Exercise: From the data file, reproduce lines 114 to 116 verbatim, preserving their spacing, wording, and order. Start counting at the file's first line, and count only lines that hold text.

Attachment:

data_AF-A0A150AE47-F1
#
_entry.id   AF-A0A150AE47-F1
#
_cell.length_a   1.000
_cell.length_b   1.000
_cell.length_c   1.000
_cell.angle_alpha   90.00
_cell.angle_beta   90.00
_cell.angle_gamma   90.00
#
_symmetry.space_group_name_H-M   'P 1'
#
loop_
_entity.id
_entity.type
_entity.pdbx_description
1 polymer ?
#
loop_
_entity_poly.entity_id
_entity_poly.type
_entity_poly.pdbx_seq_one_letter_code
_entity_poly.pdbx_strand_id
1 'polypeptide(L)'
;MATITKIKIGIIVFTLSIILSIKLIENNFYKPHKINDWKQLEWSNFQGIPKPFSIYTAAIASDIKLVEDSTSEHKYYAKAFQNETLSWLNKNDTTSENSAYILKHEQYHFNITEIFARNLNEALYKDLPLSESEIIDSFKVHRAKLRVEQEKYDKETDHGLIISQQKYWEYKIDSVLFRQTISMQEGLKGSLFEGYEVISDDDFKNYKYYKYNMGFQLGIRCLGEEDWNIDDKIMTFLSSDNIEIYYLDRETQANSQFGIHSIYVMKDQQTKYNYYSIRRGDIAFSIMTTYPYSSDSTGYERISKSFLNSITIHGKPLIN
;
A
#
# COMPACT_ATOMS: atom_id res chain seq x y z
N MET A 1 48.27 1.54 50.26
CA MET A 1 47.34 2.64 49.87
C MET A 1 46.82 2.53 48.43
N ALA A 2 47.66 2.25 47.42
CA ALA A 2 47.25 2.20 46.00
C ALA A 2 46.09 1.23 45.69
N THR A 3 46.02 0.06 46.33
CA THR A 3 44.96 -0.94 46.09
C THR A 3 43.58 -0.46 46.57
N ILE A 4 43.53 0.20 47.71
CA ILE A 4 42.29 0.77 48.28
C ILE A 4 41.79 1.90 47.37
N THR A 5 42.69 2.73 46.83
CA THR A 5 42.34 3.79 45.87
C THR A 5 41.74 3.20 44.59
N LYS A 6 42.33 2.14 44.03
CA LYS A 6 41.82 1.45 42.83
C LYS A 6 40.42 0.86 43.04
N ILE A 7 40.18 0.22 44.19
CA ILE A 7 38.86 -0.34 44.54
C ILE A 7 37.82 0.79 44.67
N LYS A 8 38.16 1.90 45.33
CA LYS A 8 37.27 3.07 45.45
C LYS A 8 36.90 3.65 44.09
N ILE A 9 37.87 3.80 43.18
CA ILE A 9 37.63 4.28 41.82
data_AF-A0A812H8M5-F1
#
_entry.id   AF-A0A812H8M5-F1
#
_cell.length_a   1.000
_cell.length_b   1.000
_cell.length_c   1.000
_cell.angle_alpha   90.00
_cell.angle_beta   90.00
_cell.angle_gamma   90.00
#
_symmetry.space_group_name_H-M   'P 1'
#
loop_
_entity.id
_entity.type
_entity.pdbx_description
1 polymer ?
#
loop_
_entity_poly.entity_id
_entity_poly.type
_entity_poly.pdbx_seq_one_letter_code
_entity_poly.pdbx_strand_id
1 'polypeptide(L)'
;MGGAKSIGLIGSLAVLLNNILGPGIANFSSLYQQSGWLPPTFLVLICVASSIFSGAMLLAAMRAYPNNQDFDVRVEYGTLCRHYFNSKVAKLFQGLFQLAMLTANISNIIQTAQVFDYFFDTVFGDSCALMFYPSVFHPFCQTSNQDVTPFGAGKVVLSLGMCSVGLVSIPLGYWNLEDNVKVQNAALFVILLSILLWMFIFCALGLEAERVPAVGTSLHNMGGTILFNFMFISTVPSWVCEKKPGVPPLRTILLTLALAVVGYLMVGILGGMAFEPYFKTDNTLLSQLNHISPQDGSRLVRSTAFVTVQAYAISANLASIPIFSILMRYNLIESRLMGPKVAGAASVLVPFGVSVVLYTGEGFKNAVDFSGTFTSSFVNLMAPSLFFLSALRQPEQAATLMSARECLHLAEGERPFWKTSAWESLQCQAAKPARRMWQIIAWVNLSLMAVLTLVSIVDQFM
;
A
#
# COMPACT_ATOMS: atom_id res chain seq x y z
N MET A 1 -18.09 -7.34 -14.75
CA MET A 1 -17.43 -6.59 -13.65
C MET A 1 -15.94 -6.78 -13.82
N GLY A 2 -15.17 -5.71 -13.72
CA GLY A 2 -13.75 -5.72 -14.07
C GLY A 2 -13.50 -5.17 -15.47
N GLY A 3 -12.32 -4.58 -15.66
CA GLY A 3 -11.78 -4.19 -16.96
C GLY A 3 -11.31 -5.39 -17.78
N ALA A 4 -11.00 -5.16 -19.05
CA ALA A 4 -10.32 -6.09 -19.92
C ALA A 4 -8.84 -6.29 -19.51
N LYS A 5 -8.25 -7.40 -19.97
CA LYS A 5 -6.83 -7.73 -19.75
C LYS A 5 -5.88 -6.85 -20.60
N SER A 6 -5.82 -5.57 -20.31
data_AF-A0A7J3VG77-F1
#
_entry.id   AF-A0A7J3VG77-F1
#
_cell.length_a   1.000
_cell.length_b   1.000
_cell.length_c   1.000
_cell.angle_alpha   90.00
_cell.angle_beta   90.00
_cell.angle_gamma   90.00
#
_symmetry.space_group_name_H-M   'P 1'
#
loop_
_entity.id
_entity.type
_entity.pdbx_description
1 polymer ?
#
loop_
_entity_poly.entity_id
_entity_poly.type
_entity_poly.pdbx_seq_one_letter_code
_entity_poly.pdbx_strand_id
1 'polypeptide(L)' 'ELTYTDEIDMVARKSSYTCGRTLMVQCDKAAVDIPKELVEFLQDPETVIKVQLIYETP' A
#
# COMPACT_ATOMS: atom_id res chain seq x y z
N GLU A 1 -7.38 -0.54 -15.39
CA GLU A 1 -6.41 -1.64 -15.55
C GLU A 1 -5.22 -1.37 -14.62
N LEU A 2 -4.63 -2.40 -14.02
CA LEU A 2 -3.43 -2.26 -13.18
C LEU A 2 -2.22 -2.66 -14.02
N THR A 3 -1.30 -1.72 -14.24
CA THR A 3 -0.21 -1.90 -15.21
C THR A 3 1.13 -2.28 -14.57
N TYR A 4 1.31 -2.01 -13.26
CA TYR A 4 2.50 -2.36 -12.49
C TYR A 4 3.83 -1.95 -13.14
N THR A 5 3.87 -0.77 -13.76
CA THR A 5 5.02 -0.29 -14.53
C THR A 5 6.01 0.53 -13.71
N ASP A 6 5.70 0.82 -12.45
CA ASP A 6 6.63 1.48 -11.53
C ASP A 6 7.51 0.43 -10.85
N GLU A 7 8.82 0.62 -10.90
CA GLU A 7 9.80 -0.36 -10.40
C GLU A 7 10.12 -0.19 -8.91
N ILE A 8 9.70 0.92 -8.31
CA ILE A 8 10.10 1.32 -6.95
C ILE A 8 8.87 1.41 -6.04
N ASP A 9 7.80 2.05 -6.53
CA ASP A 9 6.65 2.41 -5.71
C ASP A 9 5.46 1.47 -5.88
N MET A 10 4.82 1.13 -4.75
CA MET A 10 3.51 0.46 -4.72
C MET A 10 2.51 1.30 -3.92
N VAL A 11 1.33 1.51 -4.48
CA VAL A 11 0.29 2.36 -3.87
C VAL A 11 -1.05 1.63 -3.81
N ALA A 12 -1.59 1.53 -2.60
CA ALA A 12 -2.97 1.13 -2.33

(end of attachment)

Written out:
_symmetry.space_group_name_H-M   'P 1'
#
loop_